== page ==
One of the greatest American photographers of the twentieth century, and a champion of wilderness conservation, Ansel Adams (1902 - 1984) was born and raised in San Francisco. A childhood visit to Yosemite Valley made a deep impression, and although he trained to be a concert pianist, Adams' love of nature and photography eventually won out. In 1930, he began his career as a commercial photographer, and set up a successful Geary Street studio. In the following years, Adams began to make a name for himself, and was soon known for his nature photography, notably his Yosemite, High Sierra and New Mexico work. In 1932 he formed the f/64 group with Edward Weston and others, dedicated to exploring the aesthetic potential of unmanipulated, straight-forward photography. In 1934 he was elected to the board of directors of the Sierra Club and began work on his influential technical manual "Making a Photograph".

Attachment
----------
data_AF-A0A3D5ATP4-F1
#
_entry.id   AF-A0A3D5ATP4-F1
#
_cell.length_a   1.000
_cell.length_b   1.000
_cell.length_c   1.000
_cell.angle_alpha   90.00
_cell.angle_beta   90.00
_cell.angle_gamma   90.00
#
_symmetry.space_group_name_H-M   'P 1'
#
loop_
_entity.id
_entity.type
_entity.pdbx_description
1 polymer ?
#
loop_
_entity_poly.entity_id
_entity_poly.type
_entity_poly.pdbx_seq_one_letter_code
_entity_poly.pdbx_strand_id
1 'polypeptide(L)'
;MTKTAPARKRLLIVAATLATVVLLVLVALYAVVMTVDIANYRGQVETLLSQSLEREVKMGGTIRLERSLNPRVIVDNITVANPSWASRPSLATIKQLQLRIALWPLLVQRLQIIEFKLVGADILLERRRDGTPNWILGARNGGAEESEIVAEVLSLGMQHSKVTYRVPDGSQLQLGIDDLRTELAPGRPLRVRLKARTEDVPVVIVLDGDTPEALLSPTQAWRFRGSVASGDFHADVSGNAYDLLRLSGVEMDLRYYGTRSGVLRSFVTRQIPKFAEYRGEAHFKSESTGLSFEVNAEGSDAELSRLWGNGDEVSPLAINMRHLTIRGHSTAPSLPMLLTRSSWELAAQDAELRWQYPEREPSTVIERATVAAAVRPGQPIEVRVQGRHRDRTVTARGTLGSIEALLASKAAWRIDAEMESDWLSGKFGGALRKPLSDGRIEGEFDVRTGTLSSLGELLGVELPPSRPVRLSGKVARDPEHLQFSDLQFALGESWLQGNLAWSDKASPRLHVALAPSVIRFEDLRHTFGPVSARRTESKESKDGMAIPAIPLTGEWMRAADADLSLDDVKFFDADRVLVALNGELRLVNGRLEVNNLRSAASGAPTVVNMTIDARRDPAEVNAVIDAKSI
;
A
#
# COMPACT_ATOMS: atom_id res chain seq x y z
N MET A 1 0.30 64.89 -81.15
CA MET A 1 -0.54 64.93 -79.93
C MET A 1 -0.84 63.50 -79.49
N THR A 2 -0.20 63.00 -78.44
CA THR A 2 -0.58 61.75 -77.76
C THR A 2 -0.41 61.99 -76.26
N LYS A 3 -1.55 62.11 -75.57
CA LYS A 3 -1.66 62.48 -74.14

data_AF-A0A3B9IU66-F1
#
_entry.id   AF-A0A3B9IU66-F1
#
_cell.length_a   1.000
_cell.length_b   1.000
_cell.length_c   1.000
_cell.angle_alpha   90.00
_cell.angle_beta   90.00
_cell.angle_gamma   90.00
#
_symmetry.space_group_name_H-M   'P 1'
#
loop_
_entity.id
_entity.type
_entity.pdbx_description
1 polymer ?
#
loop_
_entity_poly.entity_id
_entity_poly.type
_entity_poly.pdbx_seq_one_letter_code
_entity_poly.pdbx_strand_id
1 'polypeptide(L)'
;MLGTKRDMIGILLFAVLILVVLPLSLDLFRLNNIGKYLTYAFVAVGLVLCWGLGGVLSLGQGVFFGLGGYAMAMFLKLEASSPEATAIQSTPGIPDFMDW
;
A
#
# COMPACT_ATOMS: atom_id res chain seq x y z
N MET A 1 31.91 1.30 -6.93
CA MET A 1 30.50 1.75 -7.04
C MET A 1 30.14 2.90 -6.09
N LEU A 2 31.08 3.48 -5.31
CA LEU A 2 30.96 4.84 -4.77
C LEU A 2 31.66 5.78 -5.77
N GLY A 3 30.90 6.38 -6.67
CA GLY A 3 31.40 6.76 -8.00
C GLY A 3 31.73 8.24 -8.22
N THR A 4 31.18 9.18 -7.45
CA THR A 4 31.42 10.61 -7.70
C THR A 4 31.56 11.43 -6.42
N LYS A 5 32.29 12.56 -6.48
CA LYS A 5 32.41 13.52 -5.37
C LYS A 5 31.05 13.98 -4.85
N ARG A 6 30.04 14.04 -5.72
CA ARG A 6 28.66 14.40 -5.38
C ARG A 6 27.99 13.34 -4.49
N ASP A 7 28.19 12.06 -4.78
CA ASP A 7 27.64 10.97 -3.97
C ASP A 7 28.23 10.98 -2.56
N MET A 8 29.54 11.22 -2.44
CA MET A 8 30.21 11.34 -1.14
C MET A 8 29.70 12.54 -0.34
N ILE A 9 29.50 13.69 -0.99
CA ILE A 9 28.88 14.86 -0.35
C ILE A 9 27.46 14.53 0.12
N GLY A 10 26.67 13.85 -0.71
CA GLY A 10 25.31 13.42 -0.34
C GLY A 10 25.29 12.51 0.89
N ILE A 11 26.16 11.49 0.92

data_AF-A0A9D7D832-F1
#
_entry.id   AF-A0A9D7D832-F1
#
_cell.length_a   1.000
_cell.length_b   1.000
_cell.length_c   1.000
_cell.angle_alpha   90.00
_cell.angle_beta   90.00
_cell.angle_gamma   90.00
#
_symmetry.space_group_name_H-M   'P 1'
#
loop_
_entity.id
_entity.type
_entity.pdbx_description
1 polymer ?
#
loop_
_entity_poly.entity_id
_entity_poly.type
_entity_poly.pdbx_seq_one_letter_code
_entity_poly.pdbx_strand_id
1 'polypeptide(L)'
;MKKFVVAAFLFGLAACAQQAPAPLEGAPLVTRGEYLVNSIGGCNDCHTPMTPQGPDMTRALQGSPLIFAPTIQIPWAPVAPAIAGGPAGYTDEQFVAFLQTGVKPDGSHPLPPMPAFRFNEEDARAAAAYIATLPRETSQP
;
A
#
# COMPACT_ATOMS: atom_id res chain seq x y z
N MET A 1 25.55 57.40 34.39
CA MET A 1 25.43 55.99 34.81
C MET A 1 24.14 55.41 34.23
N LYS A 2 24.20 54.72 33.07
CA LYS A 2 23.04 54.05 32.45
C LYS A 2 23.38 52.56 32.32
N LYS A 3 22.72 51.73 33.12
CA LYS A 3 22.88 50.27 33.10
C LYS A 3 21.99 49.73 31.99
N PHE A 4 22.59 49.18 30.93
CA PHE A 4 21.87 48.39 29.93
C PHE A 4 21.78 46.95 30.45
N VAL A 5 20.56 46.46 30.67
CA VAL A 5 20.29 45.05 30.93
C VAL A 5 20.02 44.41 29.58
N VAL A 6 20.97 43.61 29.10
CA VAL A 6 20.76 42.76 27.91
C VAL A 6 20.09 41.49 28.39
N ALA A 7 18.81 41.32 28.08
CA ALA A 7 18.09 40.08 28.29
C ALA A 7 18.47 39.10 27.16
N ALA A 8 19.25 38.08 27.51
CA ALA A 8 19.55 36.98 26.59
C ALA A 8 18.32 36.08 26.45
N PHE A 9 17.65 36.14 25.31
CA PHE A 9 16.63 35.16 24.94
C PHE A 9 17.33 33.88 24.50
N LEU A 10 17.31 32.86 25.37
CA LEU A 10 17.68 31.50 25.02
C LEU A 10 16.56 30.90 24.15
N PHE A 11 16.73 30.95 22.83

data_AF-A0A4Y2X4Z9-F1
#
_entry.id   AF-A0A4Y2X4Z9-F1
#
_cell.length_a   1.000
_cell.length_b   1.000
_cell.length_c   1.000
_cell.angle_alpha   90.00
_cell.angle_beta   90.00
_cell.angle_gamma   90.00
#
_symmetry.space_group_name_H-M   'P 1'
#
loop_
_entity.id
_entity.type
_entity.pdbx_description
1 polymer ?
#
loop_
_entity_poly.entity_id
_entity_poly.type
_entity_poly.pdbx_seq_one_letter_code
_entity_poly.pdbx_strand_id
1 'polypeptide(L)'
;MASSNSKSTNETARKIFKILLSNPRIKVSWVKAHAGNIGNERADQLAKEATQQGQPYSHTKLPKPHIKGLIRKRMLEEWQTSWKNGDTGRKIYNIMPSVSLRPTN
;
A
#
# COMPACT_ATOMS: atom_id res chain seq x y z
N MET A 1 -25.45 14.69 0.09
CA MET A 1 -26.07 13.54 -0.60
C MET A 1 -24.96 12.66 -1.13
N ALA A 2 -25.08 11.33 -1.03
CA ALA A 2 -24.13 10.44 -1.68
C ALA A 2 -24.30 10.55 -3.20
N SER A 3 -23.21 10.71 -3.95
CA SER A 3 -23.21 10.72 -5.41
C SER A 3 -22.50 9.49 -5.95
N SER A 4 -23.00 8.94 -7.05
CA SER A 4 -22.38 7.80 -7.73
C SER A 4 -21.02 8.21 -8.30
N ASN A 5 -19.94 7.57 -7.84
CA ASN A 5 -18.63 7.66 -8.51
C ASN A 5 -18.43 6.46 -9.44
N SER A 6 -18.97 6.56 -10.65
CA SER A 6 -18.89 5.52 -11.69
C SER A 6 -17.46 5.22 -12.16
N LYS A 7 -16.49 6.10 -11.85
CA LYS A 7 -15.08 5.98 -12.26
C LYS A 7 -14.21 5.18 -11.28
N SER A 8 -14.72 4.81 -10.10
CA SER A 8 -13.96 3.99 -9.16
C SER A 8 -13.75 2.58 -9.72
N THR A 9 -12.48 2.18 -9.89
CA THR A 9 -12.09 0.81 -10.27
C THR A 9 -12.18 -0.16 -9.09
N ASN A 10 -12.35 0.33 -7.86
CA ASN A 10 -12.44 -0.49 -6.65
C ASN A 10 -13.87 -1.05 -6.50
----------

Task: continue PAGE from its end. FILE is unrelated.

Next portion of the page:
These images are reproduced with the permission of the Trustees of the Ansel Adams Publishing Rights Trust. All Rights Reserved.
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